the room together. As they passed along,
Ernest saw his cousin standing in tho corner
looking nt him with 110 amiable air. Madamo
saw bis glanco.
"Ah," sho said, "Monsieur Hugh no vnlso
pas, il so grise; il a Pair jaloux, n'est co pasP
Ernest danced threo times with this fair en
slaver, nnd with their last waltz the ball
camo to an end. Just then his cousin came
up, and they all, including Mr. Alston,
walked together down tho street, which was
now quite deserted, to tho door ot tho hotel.
Hero Ernest said good night to madame, who
extended her baud. He took it, and as ho did
so ho felt a note slipped into It, which, not
being nccustomed to such transactions, ho
clumsily dropped. It was tho ball pro
gramme, and thero was something written
ncross It in pencil. Unfortunately, he was
not tho only one who snw this; his cousin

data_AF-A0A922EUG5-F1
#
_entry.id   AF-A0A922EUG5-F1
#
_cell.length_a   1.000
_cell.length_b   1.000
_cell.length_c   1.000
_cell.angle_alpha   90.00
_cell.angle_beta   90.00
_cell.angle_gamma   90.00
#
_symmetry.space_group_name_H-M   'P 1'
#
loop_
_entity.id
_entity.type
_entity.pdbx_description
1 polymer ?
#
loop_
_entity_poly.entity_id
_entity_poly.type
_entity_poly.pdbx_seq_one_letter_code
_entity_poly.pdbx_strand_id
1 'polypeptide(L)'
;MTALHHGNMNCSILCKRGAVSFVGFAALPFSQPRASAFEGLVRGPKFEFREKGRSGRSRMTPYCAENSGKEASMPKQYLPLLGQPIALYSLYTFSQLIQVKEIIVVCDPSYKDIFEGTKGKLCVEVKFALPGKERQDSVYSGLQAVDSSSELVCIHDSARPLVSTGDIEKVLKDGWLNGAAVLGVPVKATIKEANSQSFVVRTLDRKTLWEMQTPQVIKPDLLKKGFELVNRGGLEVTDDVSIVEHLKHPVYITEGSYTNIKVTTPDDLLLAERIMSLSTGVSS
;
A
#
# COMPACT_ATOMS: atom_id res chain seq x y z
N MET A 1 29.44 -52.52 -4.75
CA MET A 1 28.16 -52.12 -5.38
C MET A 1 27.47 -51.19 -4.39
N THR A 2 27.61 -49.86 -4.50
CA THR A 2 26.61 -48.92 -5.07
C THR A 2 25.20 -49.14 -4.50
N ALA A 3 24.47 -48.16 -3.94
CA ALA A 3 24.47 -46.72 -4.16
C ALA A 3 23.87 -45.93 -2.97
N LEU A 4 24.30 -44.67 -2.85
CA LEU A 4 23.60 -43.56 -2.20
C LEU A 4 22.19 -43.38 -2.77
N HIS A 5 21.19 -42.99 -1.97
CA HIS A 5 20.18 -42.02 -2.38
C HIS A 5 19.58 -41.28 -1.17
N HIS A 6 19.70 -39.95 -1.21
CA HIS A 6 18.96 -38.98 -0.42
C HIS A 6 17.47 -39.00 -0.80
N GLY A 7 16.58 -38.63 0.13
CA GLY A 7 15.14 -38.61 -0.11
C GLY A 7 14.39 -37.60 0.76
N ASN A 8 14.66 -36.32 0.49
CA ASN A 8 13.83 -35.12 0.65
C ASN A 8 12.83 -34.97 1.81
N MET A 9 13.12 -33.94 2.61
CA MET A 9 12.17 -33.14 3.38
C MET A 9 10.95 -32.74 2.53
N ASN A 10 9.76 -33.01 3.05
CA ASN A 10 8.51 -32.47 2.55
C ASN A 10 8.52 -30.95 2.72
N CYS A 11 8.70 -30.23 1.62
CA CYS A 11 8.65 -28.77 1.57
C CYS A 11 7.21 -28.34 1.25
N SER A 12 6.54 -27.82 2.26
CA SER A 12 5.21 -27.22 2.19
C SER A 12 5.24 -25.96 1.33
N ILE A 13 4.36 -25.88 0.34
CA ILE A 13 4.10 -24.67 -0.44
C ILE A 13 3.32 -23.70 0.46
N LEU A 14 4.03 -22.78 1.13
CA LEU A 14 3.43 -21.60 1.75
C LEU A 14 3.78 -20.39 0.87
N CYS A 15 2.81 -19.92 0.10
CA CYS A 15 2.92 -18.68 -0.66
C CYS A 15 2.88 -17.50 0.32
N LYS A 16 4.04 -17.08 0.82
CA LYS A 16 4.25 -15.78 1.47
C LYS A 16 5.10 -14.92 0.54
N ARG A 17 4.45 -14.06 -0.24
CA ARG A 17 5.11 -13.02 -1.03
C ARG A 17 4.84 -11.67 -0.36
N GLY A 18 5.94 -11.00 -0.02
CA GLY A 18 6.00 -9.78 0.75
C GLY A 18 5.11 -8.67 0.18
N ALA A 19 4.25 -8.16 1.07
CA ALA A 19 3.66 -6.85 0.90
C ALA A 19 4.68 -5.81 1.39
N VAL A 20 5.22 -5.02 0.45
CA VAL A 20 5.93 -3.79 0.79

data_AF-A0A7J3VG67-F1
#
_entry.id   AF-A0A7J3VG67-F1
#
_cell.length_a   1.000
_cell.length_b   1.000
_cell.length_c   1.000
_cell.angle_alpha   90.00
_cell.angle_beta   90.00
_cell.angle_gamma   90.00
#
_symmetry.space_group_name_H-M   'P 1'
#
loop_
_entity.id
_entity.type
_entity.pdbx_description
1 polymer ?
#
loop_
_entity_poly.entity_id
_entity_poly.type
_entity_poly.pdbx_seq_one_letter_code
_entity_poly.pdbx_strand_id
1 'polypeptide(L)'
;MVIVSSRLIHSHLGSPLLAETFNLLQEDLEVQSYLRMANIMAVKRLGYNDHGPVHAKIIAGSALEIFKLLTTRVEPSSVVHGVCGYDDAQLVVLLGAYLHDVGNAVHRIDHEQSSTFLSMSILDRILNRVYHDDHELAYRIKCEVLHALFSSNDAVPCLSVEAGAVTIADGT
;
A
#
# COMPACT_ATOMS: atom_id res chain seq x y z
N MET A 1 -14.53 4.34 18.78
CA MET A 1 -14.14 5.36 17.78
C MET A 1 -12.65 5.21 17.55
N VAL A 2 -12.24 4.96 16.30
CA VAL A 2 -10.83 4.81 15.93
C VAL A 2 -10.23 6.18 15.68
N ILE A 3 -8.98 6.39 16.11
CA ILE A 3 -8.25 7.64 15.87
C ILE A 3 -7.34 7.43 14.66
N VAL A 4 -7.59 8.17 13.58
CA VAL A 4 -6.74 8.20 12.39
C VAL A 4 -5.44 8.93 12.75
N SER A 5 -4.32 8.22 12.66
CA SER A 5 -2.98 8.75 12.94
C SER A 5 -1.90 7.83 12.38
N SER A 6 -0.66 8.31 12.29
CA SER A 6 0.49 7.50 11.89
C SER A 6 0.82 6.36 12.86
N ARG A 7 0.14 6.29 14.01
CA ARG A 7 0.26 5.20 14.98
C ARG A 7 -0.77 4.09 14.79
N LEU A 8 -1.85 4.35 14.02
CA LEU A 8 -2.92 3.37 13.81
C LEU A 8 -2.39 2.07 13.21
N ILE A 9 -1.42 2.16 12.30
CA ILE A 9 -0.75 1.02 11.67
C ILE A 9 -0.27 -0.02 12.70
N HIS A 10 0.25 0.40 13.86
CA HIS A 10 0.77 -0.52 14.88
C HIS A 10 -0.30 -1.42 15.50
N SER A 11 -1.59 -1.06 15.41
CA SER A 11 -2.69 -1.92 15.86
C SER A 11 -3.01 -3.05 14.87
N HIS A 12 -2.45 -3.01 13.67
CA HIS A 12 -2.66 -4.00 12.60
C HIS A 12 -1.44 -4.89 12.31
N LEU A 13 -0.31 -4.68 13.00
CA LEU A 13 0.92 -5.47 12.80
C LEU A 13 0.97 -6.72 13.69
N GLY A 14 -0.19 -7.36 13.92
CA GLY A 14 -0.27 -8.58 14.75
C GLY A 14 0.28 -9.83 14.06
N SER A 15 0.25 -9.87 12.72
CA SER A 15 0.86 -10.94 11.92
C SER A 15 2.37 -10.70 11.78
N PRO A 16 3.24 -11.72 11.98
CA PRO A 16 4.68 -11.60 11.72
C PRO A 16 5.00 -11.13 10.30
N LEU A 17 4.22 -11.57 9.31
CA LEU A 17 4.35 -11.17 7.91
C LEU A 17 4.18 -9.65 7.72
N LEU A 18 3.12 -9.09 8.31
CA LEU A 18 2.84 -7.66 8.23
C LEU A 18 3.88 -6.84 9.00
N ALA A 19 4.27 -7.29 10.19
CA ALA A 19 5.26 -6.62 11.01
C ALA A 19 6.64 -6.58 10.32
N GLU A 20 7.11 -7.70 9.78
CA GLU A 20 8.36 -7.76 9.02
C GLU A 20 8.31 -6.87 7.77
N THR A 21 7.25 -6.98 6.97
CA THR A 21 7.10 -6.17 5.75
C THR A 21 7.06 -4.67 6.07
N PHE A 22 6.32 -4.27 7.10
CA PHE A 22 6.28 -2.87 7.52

Hugh, who hail evidently lieen drinking, saw
it too, and tried to pick up the programme,
but Ernest was too quick for him.
'Givo mo that," said his cousin, hoarsely. 1'
Ernest answered by putting it into huj
"What is written on that programmcP
"I don't know."
"What havo you written on that pro
"Mon DIeu, mnls vcus m'ennuyezl" was the
"I insist upon your giving mo that," with
"Monsieur est 'gentleman.' Monsieur no la
rendra pas," said madamo, with a meaning
glanco, and then turning, tho entered tho
"I am not going to givo it to you," said
"You shall givo it to me."
"Is this lady your wife!" asked Ernest
"That is my affair; givo mo that note."
"I shall not givo it to you," suld Ernost,
whoso temper was rapidly rising, "I don't
know what was on it, nnd I don't wish to
know; but whatever it is, tho lady gave It to
me, and not to you. Sho is not your wife,
and yon htwo 110 right to ask for It,"
His cousin Hugh turned livid with fury.
At tho best of times lio was an evil tempered
man, and now, inflamed as he was by drink
and jealousy, ho looked a perfect fiend.
"D you I" he hissed, "you half bred curl
I supposo that you get your manners
from your of a mother!"
IIo did not get any further, for nt this
point Ernest knocked blm Into the gutter,
and then 6tood over blm, very quiet and pale,